I love to read, and I seem to always have at several books in progress at the same time. (Seeing that my mom was a librarian, this isn’t too surprising.) At this moment, I’m more than halfway through The Immortal Life of Henrietta Lacks, a nonfiction book about a woman who lived in the early 20th century and the myriad medical discoveries made with the use of her cultured cells. I’m just beginning a 1,000 page fantasy tome (labeled Volume 1!) And I’m almost done with Called Out of Darkness: A Spiritual Confession, an autobiography by Anne Rice. That’s a pretty eclectic assortment, wouldn’t you say?
Over the years, I’ve enjoyed some excellent reads. These books may be old, and many are no longer in print, which is a shame. They’re much too good to be forgotten. I’ll be writing about my favorites throughout 2013. Check them out; maybe they’re become your favorites too.
In spite of the two biographies listed above, they aren’t my usual fare. However, there are some biographies of noted Christians that made a significant impression on me. These are true stories about people who can say with Paul, “Imitate me, just as I also imitate Christ.” (1 Corinthians 11:1)
The Hiding Place, by Corrie ten Boom, with John and Elizabeth Sherrill
As we move farther away from World War II, the story of Corrie ten Boom’s faith and forgiveness is getting buried under more recent history. When I was a new Christian, back in the early 1970s, everyone was reading her books, and for good reason.
Corrie, her sister, and their father lived in the Netherlands during the war. When they learned what was happening in Germany, they decided to risk their lives to help Jews escaping the Nazis. They built a secret closet into their home in which to hide refugees. Eventually, they and their secret were discovered, and the family was sent to a concentration camp. Only Corrie survived. She suffered unimaginable hardship and loss at the hands of the Germans, yet with God’s help, incredibly, she was able to forgive her tormentors. The story continues in her sequel, Tramp for the Lord.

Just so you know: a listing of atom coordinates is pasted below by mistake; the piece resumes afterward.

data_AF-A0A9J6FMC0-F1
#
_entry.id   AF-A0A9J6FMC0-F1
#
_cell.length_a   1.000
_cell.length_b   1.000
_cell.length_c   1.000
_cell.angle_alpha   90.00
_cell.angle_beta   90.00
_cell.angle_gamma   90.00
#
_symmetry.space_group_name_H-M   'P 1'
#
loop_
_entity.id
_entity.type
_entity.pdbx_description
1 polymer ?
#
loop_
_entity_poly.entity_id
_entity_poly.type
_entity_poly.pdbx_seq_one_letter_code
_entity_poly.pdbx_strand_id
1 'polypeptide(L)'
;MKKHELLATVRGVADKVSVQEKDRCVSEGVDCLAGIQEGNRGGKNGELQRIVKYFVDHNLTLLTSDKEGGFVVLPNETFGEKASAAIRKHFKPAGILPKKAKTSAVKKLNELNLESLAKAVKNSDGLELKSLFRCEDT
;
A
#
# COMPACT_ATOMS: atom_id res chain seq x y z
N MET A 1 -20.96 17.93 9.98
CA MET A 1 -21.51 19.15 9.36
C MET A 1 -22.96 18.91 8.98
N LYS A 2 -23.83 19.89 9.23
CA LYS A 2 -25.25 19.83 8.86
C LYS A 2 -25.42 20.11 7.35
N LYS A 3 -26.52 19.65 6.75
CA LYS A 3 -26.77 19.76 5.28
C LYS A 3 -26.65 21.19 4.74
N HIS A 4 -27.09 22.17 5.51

There is so much wisdom packed into this and the many other books Corrie ten Boom has written. I can’t recommend them highly enough.
(The Hiding Place has been made into a movie. I haven’t seen it, so I don’t know how true to the book it is.)
When thousands of young people checked out of Western society and sought enlightenment in the East, Floyd and Sally McClung set aside the comforts of American suburbia and answered God’s call to reach out to them with the gospel.
In Kabul, Afghanistan, a key stop on the hippy trail, and later in Amsterdam, Holland, the West’s own window to that trail, the McClungs committed themselves to meeting the penniless, the drugged, the sick, and the disillusioned right where they were. Whether among hippy seekers or the addicts and prostitutes of Amsterdam’s infamous Red Light District, the McClungs lived out a message of hope.
Living on the Devil’s Doorstep is a dramatic example of the difference one family can make when they are willing to trust God and walk in obedience to His call for their lives.
This book may have originally been written in 1988, but it’s still very relevant today, as evidenced by the newer 1999 edition that is still in print.
Bruchko: The astonishing true story of a 19-year-old American—his capture by the Motilone Indians and his adventures in Christianizing the Stone Age tribe, by Bruce Olsen
Imagine that you are 19 years old. You feel God calling you to an unreached tribe in South America. But when you apply to traditional mission organizations, they all turn you down. You’re too young. You aren’t trained. Come back later.
Yet, once God has your attention, he doesn’t let go. Bruce Olsen finally gave up on following a traditional missionary path. Instead, he packed his bags, bought a ticket, and just went. What happened next is beyond belief.
If you think all the exciting stories are fiction, then you must read Bruchko. If you wonder whether God is in control, then you must read Bruchko. And if you wonder if miracles still happen today, then, you got it—you must read Bruchko! Just make sure you have time—you won’t be able to put it down.
The new 2008 edition is easily found in bookstores and online.